Bohemia Lost

Taylor Mead, NYC, 10/17/02

A portrait I shot of Warhol superstar Taylor Mead in his Lower East Side tenement apartment in 2002 is sharing the cover of this week’s New York magazine with a photo of a richer apartment dweller, shot by some guy with the unlikely name of Horst P. Horst. (Kidding aside–it’s kind of cool to be on a page with the master fashion photographer.)

Inside the issue, included in the section, The Apartment: A Biography, is a piece, “The Perpetual Garret: Where the starving artists slept.”  The past tense is terribly appropriate.  Manhattan has been gentrified beyond the reach of any non-trust fund young artist and the dulling-down (bankers aren’t as interesting as artists) homogenization of New York is consuming Brooklyn, creeping through Queens and even slouching toward the Bronx.

Horts P. Horst and me: together at last

Nine years ago when I shot Mead (actor, poet, painter, writer) for C. Carr’s Village Voice article that discussed his career, importance and his threatened imminent eviction (which was staved off) Mead was already the likely last of a breed.

Carr wrote,  “Artists change the ‘hood with their “panache,” then have to leave. Old story. But there’s a larger point to be made. Taylor Mead is the kind of artist who may not show up on the scene ever again. This is not just someone with a total disregard for ordinary comfort, but someone with a complete inability to make a life outside of impulse and the aesthetic that springs from impulse…radically incapable of, say, setting up a pension plan. Or much of any plan. And this is no longer a city where one can live without a plan.”

In my neighborhood, Tribeca, bohemians made room for bobos years ago (this is likely to be the only time I ever link to David Brooks who this week called Paul Ryan, the Republican chairman of the House Budget Committee, the author of “the most courageous budget reform proposal any of us have seen in our lifetimes.”).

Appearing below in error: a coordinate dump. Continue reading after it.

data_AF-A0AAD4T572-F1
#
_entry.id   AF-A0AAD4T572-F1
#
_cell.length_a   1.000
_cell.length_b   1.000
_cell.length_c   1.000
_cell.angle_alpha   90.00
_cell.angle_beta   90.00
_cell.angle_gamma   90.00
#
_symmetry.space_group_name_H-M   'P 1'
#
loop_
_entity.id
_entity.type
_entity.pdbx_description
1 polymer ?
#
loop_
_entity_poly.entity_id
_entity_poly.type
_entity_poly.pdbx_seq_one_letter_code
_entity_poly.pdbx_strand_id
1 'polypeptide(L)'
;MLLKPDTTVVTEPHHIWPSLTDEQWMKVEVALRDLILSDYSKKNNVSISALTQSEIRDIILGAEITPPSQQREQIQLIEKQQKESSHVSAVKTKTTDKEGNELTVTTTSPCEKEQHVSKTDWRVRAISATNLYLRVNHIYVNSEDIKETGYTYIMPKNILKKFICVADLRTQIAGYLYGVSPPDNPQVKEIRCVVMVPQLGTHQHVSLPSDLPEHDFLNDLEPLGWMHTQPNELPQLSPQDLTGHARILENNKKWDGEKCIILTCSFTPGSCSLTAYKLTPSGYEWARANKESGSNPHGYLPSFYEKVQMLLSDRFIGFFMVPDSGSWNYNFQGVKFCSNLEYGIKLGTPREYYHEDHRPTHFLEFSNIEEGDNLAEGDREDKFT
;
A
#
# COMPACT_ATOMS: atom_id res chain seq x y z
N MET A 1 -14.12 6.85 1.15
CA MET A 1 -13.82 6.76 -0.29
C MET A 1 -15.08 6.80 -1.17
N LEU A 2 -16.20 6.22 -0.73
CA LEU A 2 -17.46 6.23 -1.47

With the influx of the bobos, some neighbors cashed in (selling lofts they’d bought, often for less than a year’s tuition at Spence, for millions); others, renters, were thrown out.

I understand the bobos, maybe even in some respects have become one (I drive a German auto too, eat organic, etc. and have always appreciated what Charles Ludlum said, “Better to have been nouveau riche than never to have been riche at all.”).

But the newest arrivals don’t have a bohemian bone in their collective body and my eternally progressive election district–and there have always been rich people in the neighborhood,  A-list actors and artists, all Democrats–now has too many registered “I got mine” Republicans.

When I photographed Ultra Violet, another of Warhol’s superstars, in 1989, she was living in an old-style penthouse, a shed on the roof of her Upper West Side Building (which was not reachable by the elevator) that she had converted into her apartment. Now in my neighborhood, a penthouse, with the de rigueur elevator that opens into the glass-walled space, is often considered by real estate seekers as equivalent to a mansion in Greenwich.

Ultra Violet, NYC, 1988

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One Response to Bohemia Lost

  1. Pingback: Oh, East Coast Guys Are Hip…* | Talking Pictures

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